Plaintiff pierced defendant's reformation defense by showing a lack of mutual mistake. Thus, it was incumbent upon defendant to present evidence showing that his reformation defense remained viable. OCGA 9-11-56 (e). This defendant failed to do.
(b) Georgia law is clear that the doctrine of res judicata cannot be invoked in the absence of a final judgment upon the matter in question. " 'It is only a final judgment upon the merits which prevents further contest upon the same issue and becomes evidence in another action between the same parties or their privies.' [Cit.] 'No finding nor verdict will bar another suit until judgment is rendered upon it.' [Cit.]" Mitchell v. Mitchell, 97 Ga. 795, 796 (25 SE 385). See also Lewis v. Price, 104 Ga. App. 473, 474 (1) (122 SE2d 129). Although the pleadings in the dispossessory action show that the amount of past due rent was put in issue, it is clear that no final judgment was pronounced by the DeKalb County court with respect to the rent issue. It follows that plaintiff effectively pierced defendant's res judicata defense.
(c) The trial court did not err in granting plaintiff's motion for summary judgment with respect to liability.
3. This Court cannot consider defendant's enumeration attacking the correctness of the trial court's subsequent award of damages in favor of the plaintiff because no timely notice of appeal was filed from the trial court's order granting summary judgment in that regard.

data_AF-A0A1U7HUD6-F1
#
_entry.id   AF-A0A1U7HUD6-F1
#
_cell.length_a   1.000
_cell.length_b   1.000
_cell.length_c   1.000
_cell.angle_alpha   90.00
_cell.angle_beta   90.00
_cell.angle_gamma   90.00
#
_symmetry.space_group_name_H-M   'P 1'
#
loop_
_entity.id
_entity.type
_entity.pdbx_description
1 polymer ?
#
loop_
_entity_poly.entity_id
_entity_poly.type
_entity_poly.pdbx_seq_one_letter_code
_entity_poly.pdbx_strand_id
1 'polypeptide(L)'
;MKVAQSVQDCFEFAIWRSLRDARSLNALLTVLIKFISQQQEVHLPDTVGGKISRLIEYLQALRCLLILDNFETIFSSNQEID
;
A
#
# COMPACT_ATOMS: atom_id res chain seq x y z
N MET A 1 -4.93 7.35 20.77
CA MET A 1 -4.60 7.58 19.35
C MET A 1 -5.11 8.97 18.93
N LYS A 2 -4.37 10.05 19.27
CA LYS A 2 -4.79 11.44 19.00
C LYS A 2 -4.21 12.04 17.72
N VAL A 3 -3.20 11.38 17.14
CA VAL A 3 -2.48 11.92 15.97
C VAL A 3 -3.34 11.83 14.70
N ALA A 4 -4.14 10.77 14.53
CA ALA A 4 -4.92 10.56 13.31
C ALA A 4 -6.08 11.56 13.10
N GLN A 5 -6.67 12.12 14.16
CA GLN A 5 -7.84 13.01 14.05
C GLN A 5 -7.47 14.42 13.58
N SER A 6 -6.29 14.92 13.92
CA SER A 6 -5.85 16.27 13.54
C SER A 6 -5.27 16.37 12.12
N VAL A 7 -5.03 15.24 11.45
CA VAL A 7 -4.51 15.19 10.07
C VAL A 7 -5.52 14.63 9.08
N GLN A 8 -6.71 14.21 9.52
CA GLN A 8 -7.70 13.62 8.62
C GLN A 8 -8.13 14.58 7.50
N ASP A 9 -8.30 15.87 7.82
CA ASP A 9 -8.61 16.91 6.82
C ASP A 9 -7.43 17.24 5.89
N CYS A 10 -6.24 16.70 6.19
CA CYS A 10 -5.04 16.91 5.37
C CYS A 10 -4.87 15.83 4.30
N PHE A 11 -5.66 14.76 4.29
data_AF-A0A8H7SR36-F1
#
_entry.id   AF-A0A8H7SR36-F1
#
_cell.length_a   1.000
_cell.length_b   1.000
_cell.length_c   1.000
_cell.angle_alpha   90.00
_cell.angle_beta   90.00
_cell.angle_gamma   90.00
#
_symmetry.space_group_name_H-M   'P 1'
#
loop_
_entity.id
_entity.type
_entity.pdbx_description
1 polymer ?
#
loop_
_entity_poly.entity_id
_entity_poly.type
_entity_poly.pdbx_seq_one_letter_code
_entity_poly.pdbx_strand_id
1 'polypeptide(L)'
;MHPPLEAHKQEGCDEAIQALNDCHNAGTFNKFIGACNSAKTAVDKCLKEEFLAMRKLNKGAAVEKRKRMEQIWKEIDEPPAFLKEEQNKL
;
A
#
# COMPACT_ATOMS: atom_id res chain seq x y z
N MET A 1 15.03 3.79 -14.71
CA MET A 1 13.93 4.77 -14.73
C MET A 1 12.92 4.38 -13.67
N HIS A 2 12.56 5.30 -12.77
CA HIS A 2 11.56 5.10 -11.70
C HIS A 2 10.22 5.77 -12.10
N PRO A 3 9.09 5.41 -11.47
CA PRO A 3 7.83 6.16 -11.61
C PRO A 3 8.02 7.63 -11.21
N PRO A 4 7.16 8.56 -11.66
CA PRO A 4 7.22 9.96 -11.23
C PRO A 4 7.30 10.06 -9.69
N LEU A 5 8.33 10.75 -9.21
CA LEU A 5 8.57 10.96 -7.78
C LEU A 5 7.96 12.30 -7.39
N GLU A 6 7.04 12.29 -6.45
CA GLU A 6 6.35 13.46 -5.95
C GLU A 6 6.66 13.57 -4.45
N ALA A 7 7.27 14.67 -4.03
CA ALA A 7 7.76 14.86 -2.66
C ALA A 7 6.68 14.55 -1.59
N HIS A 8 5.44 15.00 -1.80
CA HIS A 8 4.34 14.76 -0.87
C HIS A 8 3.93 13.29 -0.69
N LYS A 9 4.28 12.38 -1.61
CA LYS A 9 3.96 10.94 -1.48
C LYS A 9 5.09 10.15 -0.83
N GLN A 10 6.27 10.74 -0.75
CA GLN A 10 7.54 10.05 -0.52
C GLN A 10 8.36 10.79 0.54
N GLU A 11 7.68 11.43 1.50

The initial grant of summary judgment on the issue of liability was directly appealable by defendant pursuant to OCGA 9-11-56 (h). Pursuant to OCGA 5-6-34 (d), defendant would be entitled to enumerate as error any other prior or contemporaneous rulings in the case. Southeast Ceramics v. Klem, 246 Ga. 294 (271 SE2d 199) (1980). Defendant would not, however, be entitled to enumerate as error any and all other subsequent rulings in the case. An "enumeration cannot be considered . . . [if] the ruling that it complains of . . . was entered . . . subsequent to filing of the notice of appeal. . . . [Cit.]" Cates v. Cates, 225 Ga. 612, 613 (2) (170 SE2d 416) (1969). "[J]udgments [can]not be considered [on appeal] . . . [if] rendered . . . subsequent to the judgment appealed from. [Cit.]" Lowe v. Watson, 228 Ga. 393 (1) (185 SE2d 774) (1971). "[I]ssues raised . . . [which are] not . . . encompassed within the final order from which the appeal has been taken, . . . may not . . . [be] raise[d] [on appeal], either in enumerations of error or through arguments in briefs of counsel. [Cits.] Accordingly, enumerations of error [which address the subsequent grant of summary judgment on the issue of damages], not being properly before this court, [should] not now be considered. [Cit.]" Blakely & Son, Ltd. v. Humphreys, 148 Ga. App. 281, 284 (1) (250 SE2d 826) (1978).
Orders entered subsequent to the filing of a notice of appeal are appealable only pursuant to a subsequently filed notice of appeal. The enumeration of error in the instant case which addresses the subsequent grant of summary judgment on the issue of damages is not predicated upon a timely filed notice of appeal from that order or from any other appealable order which encompasses that subsequent ruling. Accordingly, we have no jurisdiction to consider the grant of summary judgment on the issue of damages.